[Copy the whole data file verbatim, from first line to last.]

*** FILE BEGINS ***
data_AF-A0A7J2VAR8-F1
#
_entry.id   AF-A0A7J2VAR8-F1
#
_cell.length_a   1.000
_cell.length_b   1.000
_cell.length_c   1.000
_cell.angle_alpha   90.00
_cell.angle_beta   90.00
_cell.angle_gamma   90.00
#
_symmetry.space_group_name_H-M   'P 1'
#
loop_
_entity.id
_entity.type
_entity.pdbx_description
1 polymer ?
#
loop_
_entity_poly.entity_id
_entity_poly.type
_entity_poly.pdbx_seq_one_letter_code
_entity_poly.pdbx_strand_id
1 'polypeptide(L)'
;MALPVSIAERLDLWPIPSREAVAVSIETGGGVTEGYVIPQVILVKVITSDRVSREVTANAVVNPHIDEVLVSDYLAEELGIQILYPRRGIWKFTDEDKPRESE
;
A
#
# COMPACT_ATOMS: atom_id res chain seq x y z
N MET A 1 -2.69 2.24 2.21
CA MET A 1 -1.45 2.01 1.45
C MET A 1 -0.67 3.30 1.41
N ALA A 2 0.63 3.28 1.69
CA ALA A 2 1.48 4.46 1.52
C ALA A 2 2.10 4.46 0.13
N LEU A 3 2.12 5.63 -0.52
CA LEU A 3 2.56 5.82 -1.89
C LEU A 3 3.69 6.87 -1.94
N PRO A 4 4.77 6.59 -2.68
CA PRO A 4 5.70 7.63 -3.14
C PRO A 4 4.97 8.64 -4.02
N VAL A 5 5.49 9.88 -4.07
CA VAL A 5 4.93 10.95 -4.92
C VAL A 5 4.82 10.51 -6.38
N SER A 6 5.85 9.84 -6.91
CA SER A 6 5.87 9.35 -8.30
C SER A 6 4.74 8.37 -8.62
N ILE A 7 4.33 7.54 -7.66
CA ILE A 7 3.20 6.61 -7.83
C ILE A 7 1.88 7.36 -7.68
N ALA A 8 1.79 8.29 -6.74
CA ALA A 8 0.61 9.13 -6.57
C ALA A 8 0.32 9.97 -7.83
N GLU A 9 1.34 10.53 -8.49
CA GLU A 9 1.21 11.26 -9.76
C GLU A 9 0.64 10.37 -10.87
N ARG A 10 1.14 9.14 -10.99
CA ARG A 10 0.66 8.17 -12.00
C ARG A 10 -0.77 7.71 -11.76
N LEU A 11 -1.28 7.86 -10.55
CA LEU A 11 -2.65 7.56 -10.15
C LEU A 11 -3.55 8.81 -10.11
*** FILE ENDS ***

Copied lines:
data_AF-A0A7J2VAR8-F1
#
_entry.id   AF-A0A7J2VAR8-F1
#
_cell.length_a   1.000
_cell.length_b   1.000
_cell.length_c   1.000
_cell.angle_alpha   90.00
_cell.angle_beta   90.00
_cell.angle_gamma   90.00
#
_symmetry.space_group_name_H-M   'P 1'
#
loop_
_entity.id
_entity.type
_entity.pdbx_description
1 polymer ?
#
loop_
_entity_poly.entity_id
_entity_poly.type
_entity_poly.pdbx_seq_one_letter_code
_entity_poly.pdbx_strand_id
1 'polypeptide(L)'
;MALPVSIAERLDLWPIPSREAVAVSIETGGGVTEGYVIPQVILVKVITSDRVSREVTANAVVNPHIDEVLVSDYLAEELGIQILYPRRGIWKFTDEDKPRESE
;
A
#
# COMPACT_ATOMS: atom_id res chain seq x y z
N MET A 1 -2.69 2.24 2.21
CA MET A 1 -1.45 2.01 1.45
C MET A 1 -0.67 3.30 1.41
N ALA A 2 0.63 3.28 1.69
CA ALA A 2 1.48 4.46 1.52
C ALA A 2 2.10 4.46 0.13
N LEU A 3 2.12 5.63 -0.52
CA LEU A 3 2.56 5.82 -1.89
C LEU A 3 3.69 6.87 -1.94
N PRO A 4 4.77 6.59 -2.68
CA PRO A 4 5.70 7.63 -3.14
C PRO A 4 4.97 8.64 -4.02
N VAL A 5 5.49 9.88 -4.07
CA VAL A 5 4.93 10.95 -4.92
C VAL A 5 4.82 10.51 -6.38
N SER A 6 5.85 9.84 -6.91
CA SER A 6 5.87 9.35 -8.30
C SER A 6 4.74 8.37 -8.62
N ILE A 7 4.33 7.54 -7.66
CA ILE A 7 3.20 6.61 -7.83
C ILE A 7 1.88 7.36 -7.68
N ALA A 8 1.79 8.29 -6.74
CA ALA A 8 0.61 9.13 -6.57
C ALA A 8 0.32 9.97 -7.83
N GLU A 9 1.34 10.53 -8.49
CA GLU A 9 1.21 11.26 -9.76
C GLU A 9 0.64 10.37 -10.87
N ARG A 10 1.14 9.14 -10.99
CA ARG A 10 0.66 8.17 -12.00
C ARG A 10 -0.77 7.71 -11.76
N LEU A 11 -1.28 7.86 -10.55
CA LEU A 11 -2.65 7.56 -10.15
C LEU A 11 -3.55 8.81 -10.11